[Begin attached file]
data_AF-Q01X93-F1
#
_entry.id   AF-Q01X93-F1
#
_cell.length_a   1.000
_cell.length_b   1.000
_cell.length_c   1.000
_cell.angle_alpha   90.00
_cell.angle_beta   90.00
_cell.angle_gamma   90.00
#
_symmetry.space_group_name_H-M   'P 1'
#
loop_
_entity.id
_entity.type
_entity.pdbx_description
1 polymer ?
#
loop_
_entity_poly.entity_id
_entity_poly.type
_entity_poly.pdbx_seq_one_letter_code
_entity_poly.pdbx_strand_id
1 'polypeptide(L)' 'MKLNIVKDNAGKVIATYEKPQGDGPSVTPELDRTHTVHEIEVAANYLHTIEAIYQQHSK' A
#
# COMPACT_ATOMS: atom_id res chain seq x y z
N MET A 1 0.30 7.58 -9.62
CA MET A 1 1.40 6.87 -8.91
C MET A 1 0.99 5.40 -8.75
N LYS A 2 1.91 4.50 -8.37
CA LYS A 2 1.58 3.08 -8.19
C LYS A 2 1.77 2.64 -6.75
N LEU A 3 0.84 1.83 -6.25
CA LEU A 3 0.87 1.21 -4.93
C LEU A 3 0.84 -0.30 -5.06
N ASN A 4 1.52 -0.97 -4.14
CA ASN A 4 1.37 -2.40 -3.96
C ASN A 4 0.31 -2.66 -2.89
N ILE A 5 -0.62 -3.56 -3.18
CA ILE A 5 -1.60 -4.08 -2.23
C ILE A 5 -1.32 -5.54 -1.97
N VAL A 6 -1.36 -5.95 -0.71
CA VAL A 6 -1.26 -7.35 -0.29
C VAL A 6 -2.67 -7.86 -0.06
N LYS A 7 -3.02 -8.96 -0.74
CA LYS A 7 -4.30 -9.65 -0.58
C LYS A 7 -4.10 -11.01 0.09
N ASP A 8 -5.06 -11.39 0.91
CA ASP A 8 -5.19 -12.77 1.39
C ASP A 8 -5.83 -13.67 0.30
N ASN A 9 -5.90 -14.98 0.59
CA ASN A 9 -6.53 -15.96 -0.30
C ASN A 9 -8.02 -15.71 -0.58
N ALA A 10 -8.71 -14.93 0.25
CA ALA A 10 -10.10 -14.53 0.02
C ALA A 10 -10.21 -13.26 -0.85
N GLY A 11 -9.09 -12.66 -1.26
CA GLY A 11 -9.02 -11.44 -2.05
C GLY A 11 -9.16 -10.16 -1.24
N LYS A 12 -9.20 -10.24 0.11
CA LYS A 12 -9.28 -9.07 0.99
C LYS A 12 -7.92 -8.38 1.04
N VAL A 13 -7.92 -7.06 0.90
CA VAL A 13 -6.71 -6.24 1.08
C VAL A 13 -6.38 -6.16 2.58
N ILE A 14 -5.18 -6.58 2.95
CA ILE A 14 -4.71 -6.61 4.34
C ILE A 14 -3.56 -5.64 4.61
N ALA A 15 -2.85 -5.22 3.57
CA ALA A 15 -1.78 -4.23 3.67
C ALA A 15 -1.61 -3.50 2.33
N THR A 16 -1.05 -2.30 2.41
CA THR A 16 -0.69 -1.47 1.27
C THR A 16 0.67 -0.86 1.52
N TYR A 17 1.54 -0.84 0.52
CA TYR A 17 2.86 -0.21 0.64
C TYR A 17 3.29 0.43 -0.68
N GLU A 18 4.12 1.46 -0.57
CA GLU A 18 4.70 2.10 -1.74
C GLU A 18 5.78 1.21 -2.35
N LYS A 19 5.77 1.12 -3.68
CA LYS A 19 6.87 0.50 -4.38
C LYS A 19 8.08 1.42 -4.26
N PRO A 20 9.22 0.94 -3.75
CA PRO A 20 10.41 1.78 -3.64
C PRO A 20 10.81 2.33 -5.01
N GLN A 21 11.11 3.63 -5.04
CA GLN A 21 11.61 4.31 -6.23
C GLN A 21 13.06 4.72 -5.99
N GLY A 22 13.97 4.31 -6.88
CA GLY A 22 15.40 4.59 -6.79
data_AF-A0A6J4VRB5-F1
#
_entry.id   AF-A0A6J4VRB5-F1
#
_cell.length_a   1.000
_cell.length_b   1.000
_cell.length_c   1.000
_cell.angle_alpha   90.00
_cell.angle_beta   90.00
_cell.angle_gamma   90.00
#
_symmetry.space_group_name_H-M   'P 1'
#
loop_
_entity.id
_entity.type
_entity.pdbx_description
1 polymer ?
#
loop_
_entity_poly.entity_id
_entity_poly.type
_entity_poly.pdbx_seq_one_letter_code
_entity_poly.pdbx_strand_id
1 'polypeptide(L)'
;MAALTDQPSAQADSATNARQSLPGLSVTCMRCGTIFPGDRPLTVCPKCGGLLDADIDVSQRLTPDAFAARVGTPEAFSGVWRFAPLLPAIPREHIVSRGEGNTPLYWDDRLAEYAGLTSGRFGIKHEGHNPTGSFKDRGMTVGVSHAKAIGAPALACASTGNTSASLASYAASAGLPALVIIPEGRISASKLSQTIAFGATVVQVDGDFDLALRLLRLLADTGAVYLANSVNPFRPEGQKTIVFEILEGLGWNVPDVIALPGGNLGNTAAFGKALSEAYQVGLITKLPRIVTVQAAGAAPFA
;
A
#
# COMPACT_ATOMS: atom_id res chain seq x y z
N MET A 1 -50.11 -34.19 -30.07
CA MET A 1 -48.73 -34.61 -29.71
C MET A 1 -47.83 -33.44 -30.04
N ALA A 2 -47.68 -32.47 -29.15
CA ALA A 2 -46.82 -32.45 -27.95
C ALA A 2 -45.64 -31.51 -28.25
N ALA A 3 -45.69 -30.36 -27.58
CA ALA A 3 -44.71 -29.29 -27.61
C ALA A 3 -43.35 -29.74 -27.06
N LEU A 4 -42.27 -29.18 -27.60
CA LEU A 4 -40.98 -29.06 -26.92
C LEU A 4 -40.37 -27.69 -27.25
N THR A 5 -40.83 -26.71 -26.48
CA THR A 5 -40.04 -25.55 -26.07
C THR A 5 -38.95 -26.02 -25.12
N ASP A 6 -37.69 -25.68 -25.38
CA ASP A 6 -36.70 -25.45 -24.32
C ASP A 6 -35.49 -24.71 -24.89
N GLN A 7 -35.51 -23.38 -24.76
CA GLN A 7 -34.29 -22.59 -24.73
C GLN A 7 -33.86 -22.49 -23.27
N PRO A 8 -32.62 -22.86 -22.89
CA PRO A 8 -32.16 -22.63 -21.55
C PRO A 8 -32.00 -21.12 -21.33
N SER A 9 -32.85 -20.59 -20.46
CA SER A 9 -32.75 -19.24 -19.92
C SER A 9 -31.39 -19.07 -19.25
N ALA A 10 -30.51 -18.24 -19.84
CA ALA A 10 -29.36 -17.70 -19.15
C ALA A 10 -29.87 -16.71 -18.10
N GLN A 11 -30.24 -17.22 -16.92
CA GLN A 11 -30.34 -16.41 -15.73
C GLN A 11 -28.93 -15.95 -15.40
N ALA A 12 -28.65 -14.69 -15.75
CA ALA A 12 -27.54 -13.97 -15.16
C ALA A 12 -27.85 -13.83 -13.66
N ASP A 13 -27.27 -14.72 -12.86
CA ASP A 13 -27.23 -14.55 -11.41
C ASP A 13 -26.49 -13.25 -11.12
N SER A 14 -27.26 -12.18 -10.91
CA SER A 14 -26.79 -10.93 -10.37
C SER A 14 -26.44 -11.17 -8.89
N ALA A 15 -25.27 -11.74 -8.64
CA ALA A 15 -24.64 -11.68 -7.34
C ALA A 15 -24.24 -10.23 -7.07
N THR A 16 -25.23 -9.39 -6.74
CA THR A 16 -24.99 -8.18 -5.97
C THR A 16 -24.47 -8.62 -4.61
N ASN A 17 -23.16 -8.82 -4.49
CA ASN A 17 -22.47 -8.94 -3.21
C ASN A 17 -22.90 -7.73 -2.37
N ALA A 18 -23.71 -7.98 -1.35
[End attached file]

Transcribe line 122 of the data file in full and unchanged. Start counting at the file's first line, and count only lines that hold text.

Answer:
# COMPACT_ATOMS: atom_id res chain seq x y z